Women of Note in Races Here

 

By Jack Graves
The East Hampton Star
August 23, 2018

Excerpt

 Paige Duca didn’t veer off the course this time. She won among the women at Ellen’s Run and placed fourth over all in 17 minutes and 18 seconds. Photo credit: Craig Macnaughton

Paige Duca didn’t veer off the course this time. She won among the women at Ellen’s Run and placed fourth over all in 17 minutes and 18 seconds. Photo credit: Craig Macnaughton

 

Paige Duca didn’t veer off the course this time. She won among the women at Ellen’s Run and placed fourth over all in 17 minutes and 18 seconds.Craig Macnaughton

Women were prominent in competitions here this past week. Caroline Cashin, for the second year in a row, outdid everyone in the Pump ’N’ Run, her 133 bench press reps sending her off on the 1.7-mile beach run three minutes and nine seconds ahead of her nearest competitor. Paige Duca, a Boston College all-American and all-A.C.C. miler, her best being a 4:37, topped some 500 female registrants in placing fourth in Sunday’s Ellen’s Run, in 17 minutes and 18 seconds. And Maggie Purcell, heading for the University of Richmond, where she will swim, won among the milers in Saturday morning’s Fighting Chance distance swims in Sag Harbor.

Not to say that males didn’t fare well too, Erik Engstrom in particular, who set a record as Ellen’s overall winner, in 15:39.97. That’s no mean feat considering that Troy Taylor, a former Gubbins Running Ahead employee, and a 4:02 miler, crossed the line in 15:40.96 last year, paring 14 seconds from the previous record, set by another former Gubbins employee, Nick Lemon, in 2015.

The last time out, at Jordan’s Run in Sag Harbor, Duca, a Montauk summer resident who will captain B.C.’s women’s cross-country team this fall, and who, like Engstrom, competes in the steeplechase, failed to make a U-turn at the end of the Jordan C. Haerter Memorial Bridge, resulting in an 18th-place finish. This time, she stayed on course, cracking the top five, behind Engstrom, Dylan Fine, and Carter Weaver.

The women’s top 10 at Ellen’s, whose proceeds help fund cancer prevention, treatment, and post-operative services on the South Fork, included Tara Farrell, Barbara Gubbins, Megan Gubbins, and Erik’s younger sister, Ava Engstrom. Barbara Gubbins’s time of 20:07.55, which works out to a 6:33-per-mile pace, was of particular note given that she is 58.

Used to running a half-marathon at a 7-minute-per-mile pace, it showed the track work she’s been doing lately with Farrell at Southampton High has been productive, said the elder Gubbins, who is in the 89th percentile when she’s “age-graded,” i.e., when her times are compared to the best possible ones for women her age.

Farrell, Barbara Gubbins, and Megan Gubbins, who lives in Brooklyn and comes out on weekends, have formed a formidable trio in recent road races, always finishing in the money, as it were. Geary Gubbins, Megan’s brother, and Geronimo, her Portuguese water dog, have been their chief cheerleaders. Geronimo was the first dog over the line in the 2015 Turkey Trot in Montauk, after which he went into a self-imposed retirement. “The pressure’s been too much,” Geary said. Megan Gubbins said, though not ruefully, that her mother “still beats me.”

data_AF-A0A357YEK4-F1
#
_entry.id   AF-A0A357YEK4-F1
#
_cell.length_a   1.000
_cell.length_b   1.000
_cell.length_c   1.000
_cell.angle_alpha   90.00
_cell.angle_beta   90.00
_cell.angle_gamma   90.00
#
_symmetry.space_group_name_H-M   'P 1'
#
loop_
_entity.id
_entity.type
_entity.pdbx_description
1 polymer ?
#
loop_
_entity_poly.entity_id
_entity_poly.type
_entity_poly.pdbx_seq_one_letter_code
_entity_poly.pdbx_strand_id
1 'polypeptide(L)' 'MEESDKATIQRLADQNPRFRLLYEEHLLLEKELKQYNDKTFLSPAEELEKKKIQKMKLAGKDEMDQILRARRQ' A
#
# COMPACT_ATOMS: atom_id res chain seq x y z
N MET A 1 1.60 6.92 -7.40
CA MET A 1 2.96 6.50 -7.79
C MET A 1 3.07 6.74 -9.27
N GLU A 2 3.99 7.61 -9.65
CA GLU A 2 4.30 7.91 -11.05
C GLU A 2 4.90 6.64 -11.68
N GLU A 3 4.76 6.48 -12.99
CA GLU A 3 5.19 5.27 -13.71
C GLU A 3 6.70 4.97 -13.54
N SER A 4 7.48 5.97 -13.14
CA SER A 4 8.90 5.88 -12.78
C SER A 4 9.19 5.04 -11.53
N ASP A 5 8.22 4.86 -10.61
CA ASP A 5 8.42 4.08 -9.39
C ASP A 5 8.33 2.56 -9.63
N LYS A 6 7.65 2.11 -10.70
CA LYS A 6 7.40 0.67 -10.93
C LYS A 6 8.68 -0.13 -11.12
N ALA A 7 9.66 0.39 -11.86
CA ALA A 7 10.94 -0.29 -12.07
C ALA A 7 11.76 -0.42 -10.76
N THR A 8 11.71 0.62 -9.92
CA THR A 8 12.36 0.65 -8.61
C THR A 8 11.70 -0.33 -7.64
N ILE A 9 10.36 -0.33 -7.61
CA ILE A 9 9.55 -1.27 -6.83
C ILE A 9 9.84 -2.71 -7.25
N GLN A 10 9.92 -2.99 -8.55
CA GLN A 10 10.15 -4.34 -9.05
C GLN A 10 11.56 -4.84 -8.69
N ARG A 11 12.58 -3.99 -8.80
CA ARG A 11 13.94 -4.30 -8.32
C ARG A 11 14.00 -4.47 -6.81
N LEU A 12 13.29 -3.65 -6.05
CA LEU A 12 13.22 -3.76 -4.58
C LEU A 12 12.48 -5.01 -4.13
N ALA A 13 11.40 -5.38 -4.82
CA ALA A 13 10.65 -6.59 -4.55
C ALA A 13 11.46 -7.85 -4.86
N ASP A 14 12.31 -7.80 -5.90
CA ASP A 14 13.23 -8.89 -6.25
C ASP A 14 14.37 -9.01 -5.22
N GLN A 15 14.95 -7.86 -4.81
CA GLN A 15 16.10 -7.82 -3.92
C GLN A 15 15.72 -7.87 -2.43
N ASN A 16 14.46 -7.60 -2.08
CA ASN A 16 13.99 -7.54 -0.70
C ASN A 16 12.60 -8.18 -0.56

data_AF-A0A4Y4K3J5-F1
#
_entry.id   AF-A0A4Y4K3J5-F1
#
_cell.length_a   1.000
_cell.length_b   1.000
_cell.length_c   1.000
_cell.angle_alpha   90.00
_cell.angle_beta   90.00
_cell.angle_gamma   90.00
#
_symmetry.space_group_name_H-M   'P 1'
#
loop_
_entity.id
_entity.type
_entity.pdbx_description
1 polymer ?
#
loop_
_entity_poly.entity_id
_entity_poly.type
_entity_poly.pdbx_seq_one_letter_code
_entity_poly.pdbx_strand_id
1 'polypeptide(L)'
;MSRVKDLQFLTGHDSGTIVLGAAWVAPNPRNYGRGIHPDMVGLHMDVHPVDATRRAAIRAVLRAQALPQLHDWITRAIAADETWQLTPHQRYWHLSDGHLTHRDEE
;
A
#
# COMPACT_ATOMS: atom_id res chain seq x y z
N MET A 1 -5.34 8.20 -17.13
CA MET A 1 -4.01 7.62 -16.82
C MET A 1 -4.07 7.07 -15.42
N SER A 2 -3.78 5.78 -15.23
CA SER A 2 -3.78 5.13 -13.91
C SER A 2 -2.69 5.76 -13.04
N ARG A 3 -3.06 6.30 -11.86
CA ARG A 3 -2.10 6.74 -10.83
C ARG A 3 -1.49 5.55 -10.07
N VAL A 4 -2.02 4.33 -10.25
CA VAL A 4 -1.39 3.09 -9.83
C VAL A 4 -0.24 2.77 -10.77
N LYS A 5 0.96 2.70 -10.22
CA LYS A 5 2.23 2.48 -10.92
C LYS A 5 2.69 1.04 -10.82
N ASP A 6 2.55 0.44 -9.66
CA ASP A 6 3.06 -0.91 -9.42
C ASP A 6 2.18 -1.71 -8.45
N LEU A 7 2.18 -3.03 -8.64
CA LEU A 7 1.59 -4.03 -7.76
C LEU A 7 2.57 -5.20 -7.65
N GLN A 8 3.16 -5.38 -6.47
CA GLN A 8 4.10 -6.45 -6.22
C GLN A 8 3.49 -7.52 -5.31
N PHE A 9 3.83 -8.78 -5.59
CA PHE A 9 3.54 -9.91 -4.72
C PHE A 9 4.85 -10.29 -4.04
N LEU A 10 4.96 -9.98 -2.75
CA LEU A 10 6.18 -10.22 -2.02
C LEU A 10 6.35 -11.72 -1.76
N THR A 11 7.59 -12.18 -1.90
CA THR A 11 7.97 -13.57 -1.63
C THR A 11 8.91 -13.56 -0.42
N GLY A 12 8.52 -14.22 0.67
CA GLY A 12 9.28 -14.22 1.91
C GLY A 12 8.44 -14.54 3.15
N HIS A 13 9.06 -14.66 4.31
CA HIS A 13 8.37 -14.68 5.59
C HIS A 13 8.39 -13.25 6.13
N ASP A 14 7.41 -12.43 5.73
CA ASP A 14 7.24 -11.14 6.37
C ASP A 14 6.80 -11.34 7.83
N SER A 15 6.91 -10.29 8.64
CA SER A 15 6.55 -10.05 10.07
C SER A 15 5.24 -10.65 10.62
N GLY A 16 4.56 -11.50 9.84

There were 812 registrants — pretty much the same number as last year — and 665 finishers. The cool, overcast day was perfect for running, Dr. Julie Ratner, the race’s founder, said. 

Debbie Merrick, 47, of New Providence, N.J., repeated as the top breast cancer survivor to finish, for which she received a Tiffany sterling silver heart necklace with sapphires. She was 34th over all. Another breast cancer survivor, Debbie Donohue, an East Hampton librarian, was the first female in the 65-69 division.

Other female division winners were Ava Engstrom, 12-15; Farrell, 35-39; Laura Brown, 50-54; Gubbins, 55-59, and Susie Roden, also a breast cancer survivor, 60-64.

Male division winners included Eng-strom, 20-24; Jason Hancock, 40-44; Arthur Nealon, 70-74, and Robert Goldfarb, who’s 88, 80-plus. Tony Venesina, 76, who was one of the South Fork’s top distance runners some time ago, placed fourth in the 75-79 division, and Perry Gershon, 56, the Democratic candidate for Congress in the First District, was second in the 55-59 division.

The Stony Brook Southampton Hospital team, numbering around 25, was the day’s largest, meriting a prize. Two tickets on the floor to Billy Joel’s Madison Square Garden concert tonight and four tickets to Meredith O’Connor’s Arts Against Bullying Gala concert in Philadelphia next month were awarded to silent auction bidders. 

O’Connor, who Ratner said “has a huge following among teens,” came to the race. “She’s a terrific, caring, wonderful young woman,” she added.

Ratner began this race, and the Ellen P. Hermanson Foundation, 23 years ago in memory of her sister, an advocate for those with breast cancer who died as a result of the disease. Ellen’s daughter, Leora Moreno, an assistant public defender in Charlotte, N.C., said after the race that she’s been a participant “since the age of 6, the same year my Mom died. . . . It’s been amazing to have watched this run become such a celebratory event, and to have watched it grow into what it is today. Seeing my Mom’s name over Southampton Hospital’s Breast Center makes me feel incredibly proud of what the foundation has accomplished.”


Original, complete article: https://easthamptonstar.com/Sports/2018823/Women-Note-Races-Here

 
Julie Ratner